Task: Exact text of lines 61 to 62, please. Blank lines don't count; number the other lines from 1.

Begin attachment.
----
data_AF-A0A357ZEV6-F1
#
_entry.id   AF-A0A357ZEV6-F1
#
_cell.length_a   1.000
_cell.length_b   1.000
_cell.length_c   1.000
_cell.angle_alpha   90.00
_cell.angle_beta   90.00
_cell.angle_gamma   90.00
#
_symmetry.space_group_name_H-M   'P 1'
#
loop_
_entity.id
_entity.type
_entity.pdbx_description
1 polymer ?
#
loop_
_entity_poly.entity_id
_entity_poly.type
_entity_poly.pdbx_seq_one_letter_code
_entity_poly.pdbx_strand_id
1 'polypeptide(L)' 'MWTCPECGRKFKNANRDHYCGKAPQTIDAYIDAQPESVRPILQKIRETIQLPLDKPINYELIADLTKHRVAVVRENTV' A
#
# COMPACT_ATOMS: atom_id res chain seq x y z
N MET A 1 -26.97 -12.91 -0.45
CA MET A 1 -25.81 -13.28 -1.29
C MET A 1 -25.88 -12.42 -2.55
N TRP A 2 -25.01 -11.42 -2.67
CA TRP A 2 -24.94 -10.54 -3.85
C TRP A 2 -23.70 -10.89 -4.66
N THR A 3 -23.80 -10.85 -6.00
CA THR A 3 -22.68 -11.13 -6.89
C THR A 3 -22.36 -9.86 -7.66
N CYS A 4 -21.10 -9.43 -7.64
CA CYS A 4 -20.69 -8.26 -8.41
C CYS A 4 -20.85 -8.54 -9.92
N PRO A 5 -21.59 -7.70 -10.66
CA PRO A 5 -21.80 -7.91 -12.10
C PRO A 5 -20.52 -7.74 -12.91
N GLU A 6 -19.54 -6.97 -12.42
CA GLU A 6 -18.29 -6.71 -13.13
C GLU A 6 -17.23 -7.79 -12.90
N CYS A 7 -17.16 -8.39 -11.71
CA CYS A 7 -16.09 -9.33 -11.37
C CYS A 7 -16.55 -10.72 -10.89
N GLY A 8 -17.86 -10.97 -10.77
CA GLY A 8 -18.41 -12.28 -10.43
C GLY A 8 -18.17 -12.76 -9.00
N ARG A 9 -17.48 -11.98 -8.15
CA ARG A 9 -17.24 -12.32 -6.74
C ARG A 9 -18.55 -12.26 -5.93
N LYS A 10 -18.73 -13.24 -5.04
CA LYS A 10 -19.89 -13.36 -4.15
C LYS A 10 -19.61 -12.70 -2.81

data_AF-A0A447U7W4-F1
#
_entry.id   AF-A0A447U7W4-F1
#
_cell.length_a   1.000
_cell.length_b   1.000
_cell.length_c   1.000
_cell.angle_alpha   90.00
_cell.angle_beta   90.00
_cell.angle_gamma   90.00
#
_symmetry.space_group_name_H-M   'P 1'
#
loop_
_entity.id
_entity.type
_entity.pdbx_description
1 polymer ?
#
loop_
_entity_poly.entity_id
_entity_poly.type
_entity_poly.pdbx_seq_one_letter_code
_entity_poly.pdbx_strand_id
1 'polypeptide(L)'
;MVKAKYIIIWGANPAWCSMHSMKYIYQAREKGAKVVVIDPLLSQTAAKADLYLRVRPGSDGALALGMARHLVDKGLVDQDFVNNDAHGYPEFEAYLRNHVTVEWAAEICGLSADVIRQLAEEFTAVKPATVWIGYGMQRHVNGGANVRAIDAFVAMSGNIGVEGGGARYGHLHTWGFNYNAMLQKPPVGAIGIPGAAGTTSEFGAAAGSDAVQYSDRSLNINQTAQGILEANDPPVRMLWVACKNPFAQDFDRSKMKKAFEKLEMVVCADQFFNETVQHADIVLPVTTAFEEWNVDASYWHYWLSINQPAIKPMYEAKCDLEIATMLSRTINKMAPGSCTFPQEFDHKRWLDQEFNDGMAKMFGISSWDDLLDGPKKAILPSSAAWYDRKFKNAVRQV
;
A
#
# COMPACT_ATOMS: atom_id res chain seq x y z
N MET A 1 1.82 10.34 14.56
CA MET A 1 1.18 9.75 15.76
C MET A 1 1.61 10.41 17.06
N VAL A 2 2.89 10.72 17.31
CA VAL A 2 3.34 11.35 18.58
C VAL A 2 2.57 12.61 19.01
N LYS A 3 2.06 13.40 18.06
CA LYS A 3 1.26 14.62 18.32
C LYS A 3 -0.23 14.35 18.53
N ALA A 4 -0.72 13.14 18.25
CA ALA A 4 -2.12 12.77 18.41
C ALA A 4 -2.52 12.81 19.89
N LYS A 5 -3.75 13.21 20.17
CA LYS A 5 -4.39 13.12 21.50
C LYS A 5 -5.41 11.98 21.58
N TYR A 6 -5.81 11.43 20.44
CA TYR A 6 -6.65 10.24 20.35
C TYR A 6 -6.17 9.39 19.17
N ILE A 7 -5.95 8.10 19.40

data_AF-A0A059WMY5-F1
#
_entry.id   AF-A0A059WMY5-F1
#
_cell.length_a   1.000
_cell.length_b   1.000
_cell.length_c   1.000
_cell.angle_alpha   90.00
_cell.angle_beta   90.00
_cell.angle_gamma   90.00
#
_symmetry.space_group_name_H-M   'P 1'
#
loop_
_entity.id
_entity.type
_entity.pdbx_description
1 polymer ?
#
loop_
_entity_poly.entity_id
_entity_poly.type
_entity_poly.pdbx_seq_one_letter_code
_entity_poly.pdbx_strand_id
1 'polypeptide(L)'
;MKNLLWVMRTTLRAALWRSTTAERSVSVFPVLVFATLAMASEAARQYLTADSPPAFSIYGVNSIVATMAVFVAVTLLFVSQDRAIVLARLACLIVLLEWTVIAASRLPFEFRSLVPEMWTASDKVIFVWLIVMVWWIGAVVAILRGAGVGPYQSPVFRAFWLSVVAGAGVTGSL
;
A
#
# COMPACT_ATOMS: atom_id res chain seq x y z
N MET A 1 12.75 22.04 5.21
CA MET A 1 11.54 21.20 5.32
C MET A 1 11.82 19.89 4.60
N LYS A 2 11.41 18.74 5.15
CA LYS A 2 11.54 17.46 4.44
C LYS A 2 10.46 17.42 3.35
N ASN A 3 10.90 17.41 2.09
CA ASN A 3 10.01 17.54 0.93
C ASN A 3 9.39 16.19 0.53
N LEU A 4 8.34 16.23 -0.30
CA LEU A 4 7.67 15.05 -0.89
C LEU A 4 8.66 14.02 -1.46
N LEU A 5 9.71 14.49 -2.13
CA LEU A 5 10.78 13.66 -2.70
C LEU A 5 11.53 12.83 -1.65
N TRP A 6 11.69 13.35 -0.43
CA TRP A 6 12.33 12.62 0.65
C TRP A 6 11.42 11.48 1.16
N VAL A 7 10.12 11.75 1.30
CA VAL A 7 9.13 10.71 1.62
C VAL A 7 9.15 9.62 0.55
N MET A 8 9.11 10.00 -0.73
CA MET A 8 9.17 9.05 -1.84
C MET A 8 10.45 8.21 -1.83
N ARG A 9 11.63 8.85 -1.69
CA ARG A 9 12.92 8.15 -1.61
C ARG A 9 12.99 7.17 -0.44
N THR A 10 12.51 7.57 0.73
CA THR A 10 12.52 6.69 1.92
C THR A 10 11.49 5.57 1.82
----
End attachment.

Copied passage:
#
_cell.length_a   1.000